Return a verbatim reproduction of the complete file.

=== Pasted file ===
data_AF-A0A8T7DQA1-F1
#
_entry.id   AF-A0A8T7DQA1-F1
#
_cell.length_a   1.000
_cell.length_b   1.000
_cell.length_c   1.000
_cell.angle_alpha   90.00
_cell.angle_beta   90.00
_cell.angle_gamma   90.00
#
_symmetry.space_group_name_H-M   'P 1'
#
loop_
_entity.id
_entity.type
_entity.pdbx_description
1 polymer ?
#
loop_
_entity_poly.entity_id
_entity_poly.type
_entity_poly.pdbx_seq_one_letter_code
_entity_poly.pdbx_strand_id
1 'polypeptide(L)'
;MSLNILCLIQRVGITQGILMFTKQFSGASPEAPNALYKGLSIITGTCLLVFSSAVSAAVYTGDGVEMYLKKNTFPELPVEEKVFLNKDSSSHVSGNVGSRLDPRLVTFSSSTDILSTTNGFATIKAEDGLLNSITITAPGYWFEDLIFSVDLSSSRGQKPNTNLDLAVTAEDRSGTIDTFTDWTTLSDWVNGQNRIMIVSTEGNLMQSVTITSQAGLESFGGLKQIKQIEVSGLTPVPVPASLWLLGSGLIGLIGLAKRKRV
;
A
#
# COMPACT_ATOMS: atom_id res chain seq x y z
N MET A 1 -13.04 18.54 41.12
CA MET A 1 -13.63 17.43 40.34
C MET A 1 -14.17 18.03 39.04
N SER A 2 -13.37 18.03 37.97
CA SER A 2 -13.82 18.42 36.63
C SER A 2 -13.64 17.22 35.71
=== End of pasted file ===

data_AF-A0A8T7DQA1-F1
#
_entry.id   AF-A0A8T7DQA1-F1
#
_cell.length_a   1.000
_cell.length_b   1.000
_cell.length_c   1.000
_cell.angle_alpha   90.00
_cell.angle_beta   90.00
_cell.angle_gamma   90.00
#
_symmetry.space_group_name_H-M   'P 1'
#
loop_
_entity.id
_entity.type
_entity.pdbx_description
1 polymer ?
#
loop_
_entity_poly.entity_id
_entity_poly.type
_entity_poly.pdbx_seq_one_letter_code
_entity_poly.pdbx_strand_id
1 'polypeptide(L)'
;MSLNILCLIQRVGITQGILMFTKQFSGASPEAPNALYKGLSIITGTCLLVFSSAVSAAVYTGDGVEMYLKKNTFPELPVEEKVFLNKDSSSHVSGNVGSRLDPRLVTFSSSTDILSTTNGFATIKAEDGLLNSITITAPGYWFEDLIFSVDLSSSRGQKPNTNLDLAVTAEDRSGTIDTFTDWTTLSDWVNGQNRIMIVSTEGNLMQSVTITSQAGLESFGGLKQIKQIEVSGLTPVPVPASLWLLGSGLIGLIGLAKRKRV
;
A
#
# COMPACT_ATOMS: atom_id res chain seq x y z
N MET A 1 -13.04 18.54 41.12
CA MET A 1 -13.63 17.43 40.34
C MET A 1 -14.17 18.03 39.04
N SER A 2 -13.37 18.03 37.97
CA SER A 2 -13.82 18.42 36.63
C SER A 2 -13.64 17.22 35.71